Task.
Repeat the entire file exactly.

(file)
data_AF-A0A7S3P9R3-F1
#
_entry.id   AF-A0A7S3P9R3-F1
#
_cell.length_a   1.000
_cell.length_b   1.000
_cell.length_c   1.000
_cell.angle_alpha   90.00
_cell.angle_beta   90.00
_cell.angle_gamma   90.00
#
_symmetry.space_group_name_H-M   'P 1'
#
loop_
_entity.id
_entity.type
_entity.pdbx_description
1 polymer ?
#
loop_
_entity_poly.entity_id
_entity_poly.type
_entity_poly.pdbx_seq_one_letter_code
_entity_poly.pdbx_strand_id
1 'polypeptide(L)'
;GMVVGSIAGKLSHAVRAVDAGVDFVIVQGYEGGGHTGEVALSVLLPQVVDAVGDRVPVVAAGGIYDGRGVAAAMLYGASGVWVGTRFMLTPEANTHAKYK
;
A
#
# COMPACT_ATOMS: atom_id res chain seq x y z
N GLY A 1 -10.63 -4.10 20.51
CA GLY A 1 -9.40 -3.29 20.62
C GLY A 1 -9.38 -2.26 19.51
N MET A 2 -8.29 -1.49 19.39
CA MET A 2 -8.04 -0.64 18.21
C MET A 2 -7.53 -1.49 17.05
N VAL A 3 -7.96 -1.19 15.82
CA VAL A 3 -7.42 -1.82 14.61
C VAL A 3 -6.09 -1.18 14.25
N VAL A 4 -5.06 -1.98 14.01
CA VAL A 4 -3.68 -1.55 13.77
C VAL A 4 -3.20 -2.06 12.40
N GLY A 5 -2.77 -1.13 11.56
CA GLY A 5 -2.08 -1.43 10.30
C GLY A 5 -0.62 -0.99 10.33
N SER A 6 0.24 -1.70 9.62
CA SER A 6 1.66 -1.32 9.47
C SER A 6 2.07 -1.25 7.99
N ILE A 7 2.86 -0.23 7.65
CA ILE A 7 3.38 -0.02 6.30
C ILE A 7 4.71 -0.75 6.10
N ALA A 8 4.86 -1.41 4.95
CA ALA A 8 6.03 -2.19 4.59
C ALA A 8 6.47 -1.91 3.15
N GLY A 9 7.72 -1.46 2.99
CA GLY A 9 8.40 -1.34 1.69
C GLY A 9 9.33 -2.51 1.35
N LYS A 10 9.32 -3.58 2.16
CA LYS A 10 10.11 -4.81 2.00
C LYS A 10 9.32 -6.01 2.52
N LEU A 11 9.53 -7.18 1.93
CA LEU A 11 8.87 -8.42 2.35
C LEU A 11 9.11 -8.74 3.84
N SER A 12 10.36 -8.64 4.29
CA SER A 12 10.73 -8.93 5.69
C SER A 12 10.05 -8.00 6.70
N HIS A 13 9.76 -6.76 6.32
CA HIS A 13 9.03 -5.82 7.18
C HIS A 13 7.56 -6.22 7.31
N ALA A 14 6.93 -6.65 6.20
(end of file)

data_AF-A0A7S3P9R3-F1
#
_entry.id   AF-A0A7S3P9R3-F1
#
_cell.length_a   1.000
_cell.length_b   1.000
_cell.length_c   1.000
_cell.angle_alpha   90.00
_cell.angle_beta   90.00
_cell.angle_gamma   90.00
#
_symmetry.space_group_name_H-M   'P 1'
#
loop_
_entity.id
_entity.type
_entity.pdbx_description
1 polymer ?
#
loop_
_entity_poly.entity_id
_entity_poly.type
_entity_poly.pdbx_seq_one_letter_code
_entity_poly.pdbx_strand_id
1 'polypeptide(L)'
;GMVVGSIAGKLSHAVRAVDAGVDFVIVQGYEGGGHTGEVALSVLLPQVVDAVGDRVPVVAAGGIYDGRGVAAAMLYGASGVWVGTRFMLTPEANTHAKYK
;
A
#
# COMPACT_ATOMS: atom_id res chain seq x y z
N GLY A 1 -10.63 -4.10 20.51
CA GLY A 1 -9.40 -3.29 20.62
C GLY A 1 -9.38 -2.26 19.51
N MET A 2 -8.29 -1.49 19.39
CA MET A 2 -8.04 -0.64 18.21
C MET A 2 -7.53 -1.49 17.05
N VAL A 3 -7.96 -1.19 15.82
CA VAL A 3 -7.42 -1.82 14.61
C VAL A 3 -6.09 -1.18 14.25
N VAL A 4 -5.06 -1.98 14.01
CA VAL A 4 -3.68 -1.55 13.77
C VAL A 4 -3.20 -2.06 12.40
N GLY A 5 -2.77 -1.13 11.56
CA GLY A 5 -2.08 -1.43 10.30
C GLY A 5 -0.62 -0.99 10.33
N SER A 6 0.24 -1.70 9.62
CA SER A 6 1.66 -1.32 9.47
C SER A 6 2.07 -1.25 7.99
N ILE A 7 2.86 -0.23 7.65
CA ILE A 7 3.38 -0.02 6.30
C ILE A 7 4.71 -0.75 6.10
N ALA A 8 4.86 -1.41 4.95
CA ALA A 8 6.03 -2.19 4.59
C ALA A 8 6.47 -1.91 3.15
N GLY A 9 7.72 -1.46 2.99
CA GLY A 9 8.40 -1.34 1.69
C GLY A 9 9.33 -2.51 1.35
N LYS A 10 9.32 -3.58 2.16
CA LYS A 10 10.11 -4.81 2.00
C LYS A 10 9.32 -6.01 2.52
N LEU A 11 9.53 -7.18 1.93
CA LEU A 11 8.87 -8.42 2.35
C LEU A 11 9.11 -8.74 3.84
N SER A 12 10.36 -8.64 4.29
CA SER A 12 10.73 -8.93 5.69
C SER A 12 10.05 -8.00 6.70
N HIS A 13 9.76 -6.76 6.32
CA HIS A 13 9.03 -5.82 7.18
C HIS A 13 7.56 -6.22 7.31
N ALA A 14 6.93 -6.65 6.20